The percentage of cases and controls in PRS score and BMI quartiles and their ORs were also assessed. Table 4 and Table 5 show the results before the imputation while Table S3 and Table S4 show the results after the imputation. PRS quartiles analysis showed that participants with the lowest quartile exhibited a non-significant lower risk of PD (OR: 0.74; 95% CI: 0.46−1.19; p = 2.21 × 10−1) compared to the reference quartile. On the contrary, participants in the highest quartile exhibited a non-significant increased risk of PD (OR: 1.14; 95% CI: 0.74–1.76; p = 5.44 × 10−1). BMI quartiles analysis showed that obese (24.95–29.94) participants have approximately 2.5 times less risk to develop PD compared to normal BMI participants (OR: 0.42; 95% CI: 0.25–0.69; p-value: 7.64 × 10−4), whereas underweight (<20) participants are 3 times more likely to develop PD compared again to normal (OR: 2.99; 95% CI: 1.21–7.88; p-value: 2.07 × 10−2). These trends are similar in the imputed data as well.
Stepwise regression model analysis was carried out in forward selection, backward elimination, and bidirectional elimination approaches. All approaches resulted in the same model and suggested that the best predictive model for PD in our study includes eight independent variables; PRS score, age, gender, head injury, family history, depression, smoking, and BMI (Table 6 and Table S5, before and after imputation, respectively).
All analyses of imputed and non-imputed data yielded similar results.
Distribution of cases and controls in deciles of the final multivariate model was investigated (Table 7 and Figure 2) and OR by decile was also calculated (Figure 3) on the non-imputed data. The OR of the first decile was 0.14 (95% CI: 0.03–0.47) with a p-value of 3.66 × 10−3. This decile includes 1.9% of cases versus 16.2% of controls. This trend was also observed in the second decile with 14.2% controls and 2.6% cases (OR: 0.21; 95% CI: 0.06–0.66; p-value: 1.14 × 10−2). Interestingly, in the last two deciles (9th and 10th) the ORs were 4.98 (95%CI: 2.20–11.84) and 12 (95% CI: 4.76–33.08), respectively. In addition, the percentages of cases and controls were inversed, with the proportion of cases to be higher than the proportion of controls. These analyses were also carried out on the imputed data and results are shown in Table S6 and Figures S2 and S3. These results show that the multivariate model enables the stratification of the population according to the risk of developing PD.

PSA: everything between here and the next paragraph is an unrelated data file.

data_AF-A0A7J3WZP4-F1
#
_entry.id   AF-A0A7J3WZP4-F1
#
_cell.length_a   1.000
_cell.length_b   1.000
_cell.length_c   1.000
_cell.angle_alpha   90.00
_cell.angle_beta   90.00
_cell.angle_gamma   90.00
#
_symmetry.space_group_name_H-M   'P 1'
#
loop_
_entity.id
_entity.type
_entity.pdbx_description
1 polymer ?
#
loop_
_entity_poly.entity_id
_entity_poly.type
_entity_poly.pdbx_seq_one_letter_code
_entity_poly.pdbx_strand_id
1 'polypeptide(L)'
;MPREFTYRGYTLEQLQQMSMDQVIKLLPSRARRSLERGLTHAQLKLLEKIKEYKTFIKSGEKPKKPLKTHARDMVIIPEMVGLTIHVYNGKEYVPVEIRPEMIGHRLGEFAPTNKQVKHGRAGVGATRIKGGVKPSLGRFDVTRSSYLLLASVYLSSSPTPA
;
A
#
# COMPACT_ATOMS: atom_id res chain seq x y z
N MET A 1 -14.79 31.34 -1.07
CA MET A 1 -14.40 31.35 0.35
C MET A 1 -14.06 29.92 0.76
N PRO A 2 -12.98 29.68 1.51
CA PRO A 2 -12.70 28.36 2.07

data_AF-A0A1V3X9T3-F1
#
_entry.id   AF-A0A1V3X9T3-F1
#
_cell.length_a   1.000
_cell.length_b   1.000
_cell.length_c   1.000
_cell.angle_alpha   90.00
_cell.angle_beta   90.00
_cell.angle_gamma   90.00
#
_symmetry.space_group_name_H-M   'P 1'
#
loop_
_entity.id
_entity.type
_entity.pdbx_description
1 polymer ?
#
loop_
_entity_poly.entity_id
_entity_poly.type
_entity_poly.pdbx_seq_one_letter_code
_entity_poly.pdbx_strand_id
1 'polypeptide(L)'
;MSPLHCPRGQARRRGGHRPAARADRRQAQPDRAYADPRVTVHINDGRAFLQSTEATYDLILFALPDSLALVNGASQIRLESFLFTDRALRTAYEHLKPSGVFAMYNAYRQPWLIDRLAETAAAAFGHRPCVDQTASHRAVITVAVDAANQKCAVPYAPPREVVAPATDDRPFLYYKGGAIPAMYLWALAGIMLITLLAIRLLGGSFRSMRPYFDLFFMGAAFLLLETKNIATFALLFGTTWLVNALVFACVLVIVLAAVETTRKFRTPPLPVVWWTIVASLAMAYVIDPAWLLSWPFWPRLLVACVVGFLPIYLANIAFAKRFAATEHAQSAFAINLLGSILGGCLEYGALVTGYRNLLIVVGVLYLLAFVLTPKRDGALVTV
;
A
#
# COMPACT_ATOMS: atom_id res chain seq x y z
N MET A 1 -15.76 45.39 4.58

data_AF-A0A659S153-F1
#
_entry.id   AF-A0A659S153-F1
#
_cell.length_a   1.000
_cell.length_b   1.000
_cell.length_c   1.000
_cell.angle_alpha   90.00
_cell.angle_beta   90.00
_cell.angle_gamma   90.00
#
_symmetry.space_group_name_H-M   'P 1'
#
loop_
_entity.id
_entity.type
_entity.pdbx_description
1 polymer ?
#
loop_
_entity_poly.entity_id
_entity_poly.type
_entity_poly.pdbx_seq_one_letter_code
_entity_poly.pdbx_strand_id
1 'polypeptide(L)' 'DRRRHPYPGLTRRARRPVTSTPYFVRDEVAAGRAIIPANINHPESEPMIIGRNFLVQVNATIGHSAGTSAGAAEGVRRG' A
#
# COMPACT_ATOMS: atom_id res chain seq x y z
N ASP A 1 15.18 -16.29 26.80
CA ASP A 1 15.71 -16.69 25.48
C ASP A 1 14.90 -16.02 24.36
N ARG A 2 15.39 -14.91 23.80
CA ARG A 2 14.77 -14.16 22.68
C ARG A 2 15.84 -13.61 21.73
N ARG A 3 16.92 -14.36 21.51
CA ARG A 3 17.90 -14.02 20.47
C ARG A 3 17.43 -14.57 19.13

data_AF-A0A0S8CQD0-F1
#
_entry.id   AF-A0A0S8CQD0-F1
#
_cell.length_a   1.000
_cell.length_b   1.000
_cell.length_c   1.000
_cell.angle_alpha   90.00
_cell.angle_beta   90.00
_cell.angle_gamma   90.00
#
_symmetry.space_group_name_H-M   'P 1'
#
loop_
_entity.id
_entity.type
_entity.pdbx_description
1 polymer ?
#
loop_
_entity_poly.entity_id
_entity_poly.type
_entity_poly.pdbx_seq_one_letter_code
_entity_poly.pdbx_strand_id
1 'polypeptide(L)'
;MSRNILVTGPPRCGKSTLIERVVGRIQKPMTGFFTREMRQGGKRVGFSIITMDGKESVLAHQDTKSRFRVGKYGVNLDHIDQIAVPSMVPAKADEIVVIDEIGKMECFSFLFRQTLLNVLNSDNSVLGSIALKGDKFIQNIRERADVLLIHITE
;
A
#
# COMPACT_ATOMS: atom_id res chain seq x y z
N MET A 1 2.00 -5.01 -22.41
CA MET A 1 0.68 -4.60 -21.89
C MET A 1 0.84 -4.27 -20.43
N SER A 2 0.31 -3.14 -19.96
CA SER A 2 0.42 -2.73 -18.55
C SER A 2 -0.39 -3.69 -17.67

4. Discussion

A large number of studies suggest that a combination of genetic and environmental/lifestyle factors play a key role in the triggering of PD [20]. Although, several GWAS studies were carried out on PD, 90 genetic variants, which have been reported to be associated with the disease in the latest GWAS, explain only approximately 16% of the PD burden [4]. In addition, epidemiological studies reported various environmental/lifestyle factors that are either positively or negatively associated with the development of the disease [4]. The incorporation of these genetic and non-genetic factors in predictive models may help in the identification of individuals with a higher risk to develop PD. The aim of this study was to investigate the predictive performance of a PRS consisting of 12 SNPs that have been previously associated with PD, and also to assess the association between already established environmental PD risk factors and PD risk. Despite that the largest PD GWAS meta-analysis has reported 90 risk loci associated with PD risk in the European population [16], in our study we assess only 12 SNP that were previously selected and investigated in our population. We carried out an evaluation/replication study because the number of Greek-Cypriot patients with PD was relatively small and thus statistical power for a discovery study could not be reached.